Around and about

Morpheus is situated in Sloten  a small village in the Dutch province of North Holland. It is a part of the municipality of Amsterdam, and lies about 6 km west of the city centre. 

Sloten was a separate municipality until 1921. Since then, Sloten(990ad) became the oldest part of Amsterdam(1254ad). The inhabitants of Sloten mainly lived from fishing, livestock and horticulture.

Across the Ringvaartdijk, a small river, lies the small village Badhoevendorp, which has a small centre with shops and supermarkets. Badhoevendorp is since 1921 part of the municipality of Amsterdam. De Sloterbrug, where Morpheus lies right next to, connects both villages with each other since 1879.

Transport

To get to Morpheus from the airport you can take Bus 69 or 195. These busses stop around the corner a 2 minute walk. 

To get into the city you can either take bus 195 and after one stop transfer to tram 1. Or take a nice walk of 10 minutes to tram 1, which is opposite of ‘ The gardencentre Osdorp‘.

Special to visit

The Molen van Sloten”  is the name of a polder mill which you can find at the end of the street where ‘Morpheus’ is located. It is an oak, thatched eight-sided shelving mill on a stone base. The mill, together with the Akergemaal ensures the drainage of the Western Garden Cities.
 
The mill is one of the few in Holland that is open to the public (almost) every day. The mill also has a lift and is used as a wedding location for the Nieuw-West district. In the mill there is a lot to see about the mill technique and the history of Sloten and Oud Osdorp, but there is also a presentation Rembrandt in the attic, containing wax images of Rembrandt and several of his characters. Since April 2005 the complex has been extended with a Kuiperijmuseum, which shows a lot about the old craft of the cooperage.

To Do in Amsterdam

Feb
16
Sun
Chinese newyear
Feb 16 all-day
Chinese newyear @ Dam | Amsterdam | Noord-Holland | Netherlands

Festivities traditionally take place on Amsterdam’s Dam Square and around the historic Nieuwmarkt/Zeedijk neighbourhood on the Saturday nearest New Year.

Gong Xi Fa Cai! (Happy New Year!)

Chinese New Year, also known as the Lunar New Year, is the most important event in the Chinese calendar. It’s a special occasion whichever part of the world you’re in, and nearly always marked by family gatherings, food rituals, offerings at temples and the colour red. The superstitious will particularly enjoy Chinese New Year’s Eve, when a raw fish salad (yu sheng) is said to bring good luck and fai-hai, a type of seaweed, prosperity. (The vegetarian option is lettuce, which the Chinese believe sounds like ‘luck’).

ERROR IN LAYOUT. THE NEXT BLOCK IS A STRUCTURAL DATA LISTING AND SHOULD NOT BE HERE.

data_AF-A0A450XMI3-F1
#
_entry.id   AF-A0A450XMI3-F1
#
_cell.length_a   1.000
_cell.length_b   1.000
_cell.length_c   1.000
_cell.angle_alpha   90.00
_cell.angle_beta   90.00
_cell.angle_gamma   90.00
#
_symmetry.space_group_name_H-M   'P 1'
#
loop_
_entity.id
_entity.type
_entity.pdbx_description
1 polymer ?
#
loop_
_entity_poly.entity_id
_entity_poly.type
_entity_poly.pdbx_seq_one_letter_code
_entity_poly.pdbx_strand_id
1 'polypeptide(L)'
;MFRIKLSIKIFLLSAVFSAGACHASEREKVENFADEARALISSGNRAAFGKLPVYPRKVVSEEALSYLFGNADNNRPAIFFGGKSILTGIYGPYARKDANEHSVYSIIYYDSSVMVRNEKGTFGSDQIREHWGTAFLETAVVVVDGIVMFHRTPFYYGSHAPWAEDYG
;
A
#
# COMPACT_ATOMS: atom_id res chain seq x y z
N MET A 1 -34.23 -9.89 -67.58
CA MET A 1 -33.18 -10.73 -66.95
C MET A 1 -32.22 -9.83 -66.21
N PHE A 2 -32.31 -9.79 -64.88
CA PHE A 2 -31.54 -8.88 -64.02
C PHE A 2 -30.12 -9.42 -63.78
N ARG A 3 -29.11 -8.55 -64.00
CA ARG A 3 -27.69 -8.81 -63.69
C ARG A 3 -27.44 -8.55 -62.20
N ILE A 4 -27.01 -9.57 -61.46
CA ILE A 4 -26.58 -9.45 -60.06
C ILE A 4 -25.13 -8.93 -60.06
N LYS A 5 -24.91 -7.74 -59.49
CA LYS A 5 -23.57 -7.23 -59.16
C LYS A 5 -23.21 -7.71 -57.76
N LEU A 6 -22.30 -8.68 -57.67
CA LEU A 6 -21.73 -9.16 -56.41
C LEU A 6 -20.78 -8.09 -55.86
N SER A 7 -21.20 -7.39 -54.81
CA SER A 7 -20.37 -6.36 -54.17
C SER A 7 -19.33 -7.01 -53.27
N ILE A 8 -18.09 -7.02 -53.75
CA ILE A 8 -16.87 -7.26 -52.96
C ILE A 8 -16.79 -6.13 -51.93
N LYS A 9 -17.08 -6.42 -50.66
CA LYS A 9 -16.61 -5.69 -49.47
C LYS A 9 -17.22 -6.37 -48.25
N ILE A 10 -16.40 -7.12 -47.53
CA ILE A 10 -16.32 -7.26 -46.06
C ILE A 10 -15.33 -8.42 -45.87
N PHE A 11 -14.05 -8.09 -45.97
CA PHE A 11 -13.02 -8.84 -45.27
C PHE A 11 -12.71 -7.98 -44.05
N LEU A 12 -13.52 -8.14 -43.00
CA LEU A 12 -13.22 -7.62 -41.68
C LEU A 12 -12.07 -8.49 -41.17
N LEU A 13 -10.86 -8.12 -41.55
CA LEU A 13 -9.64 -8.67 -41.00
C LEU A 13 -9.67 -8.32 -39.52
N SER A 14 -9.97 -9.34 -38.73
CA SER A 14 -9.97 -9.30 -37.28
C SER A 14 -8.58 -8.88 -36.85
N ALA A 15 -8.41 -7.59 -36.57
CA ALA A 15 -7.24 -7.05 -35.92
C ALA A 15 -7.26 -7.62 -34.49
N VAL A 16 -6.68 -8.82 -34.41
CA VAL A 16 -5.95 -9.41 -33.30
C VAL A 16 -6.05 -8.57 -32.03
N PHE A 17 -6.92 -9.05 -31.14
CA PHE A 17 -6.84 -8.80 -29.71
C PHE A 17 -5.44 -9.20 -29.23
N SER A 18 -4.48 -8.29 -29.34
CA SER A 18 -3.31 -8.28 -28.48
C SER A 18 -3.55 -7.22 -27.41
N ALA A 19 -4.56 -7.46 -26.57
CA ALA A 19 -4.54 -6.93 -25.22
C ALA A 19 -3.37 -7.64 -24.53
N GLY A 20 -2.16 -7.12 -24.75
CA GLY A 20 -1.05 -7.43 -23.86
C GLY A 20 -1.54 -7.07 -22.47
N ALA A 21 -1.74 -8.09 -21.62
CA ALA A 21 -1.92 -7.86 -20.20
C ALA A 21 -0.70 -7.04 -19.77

Apr
27
Mon
Kingsday
Apr 27 all-day
Kingsday

Kingsday, former Queensday, is far out the biggest event in the Netherlands and especially in Amsterdam. It’s the birthday of our king and throughout the whole city you find streetmarkets where children and grown ups sell stuff, can you find livebands of dj’s at almost every pub. The party last from the evening before until late in the night. 

As there is so much to do here some links :

 

 

Feb
16
Tue
Chinese newyear
Feb 16 all-day
Chinese newyear @ Dam | Amsterdam | Noord-Holland | Netherlands

Festivities traditionally take place on Amsterdam’s Dam Square and around the historic Nieuwmarkt/Zeedijk neighbourhood on the Saturday nearest New Year.

Gong Xi Fa Cai! (Happy New Year!)

Chinese New Year, also known as the Lunar New Year, is the most important event in the Chinese calendar. It’s a special occasion whichever part of the world you’re in, and nearly always marked by family gatherings, food rituals, offerings at temples and the colour red. The superstitious will particularly enjoy Chinese New Year’s Eve, when a raw fish salad (yu sheng) is said to bring good luck and fai-hai, a type of seaweed, prosperity. (The vegetarian option is lettuce, which the Chinese believe sounds like ‘luck’).

Apr
27
Tue
Kingsday
Apr 27 all-day
Kingsday

Kingsday, former Queensday, is far out the biggest event in the Netherlands and especially in Amsterdam. It’s the birthday of our king and throughout the whole city you find streetmarkets where children and grown ups sell stuff, can you find livebands of dj’s at almost every pub. The party last from the evening before until late in the night. 

As there is so much to do here some links :

 

 

Feb
16
Wed
Chinese newyear
Feb 16 all-day
Chinese newyear @ Dam | Amsterdam | Noord-Holland | Netherlands

Festivities traditionally take place on Amsterdam’s Dam Square and around the historic Nieuwmarkt/Zeedijk neighbourhood on the Saturday nearest New Year.

Gong Xi Fa Cai! (Happy New Year!)

Chinese New Year, also known as the Lunar New Year, is the most important event in the Chinese calendar. It’s a special occasion whichever part of the world you’re in, and nearly always marked by family gatherings, food rituals, offerings at temples and the colour red. The superstitious will particularly enjoy Chinese New Year’s Eve, when a raw fish salad (yu sheng) is said to bring good luck and fai-hai, a type of seaweed, prosperity. (The vegetarian option is lettuce, which the Chinese believe sounds like ‘luck’).

 

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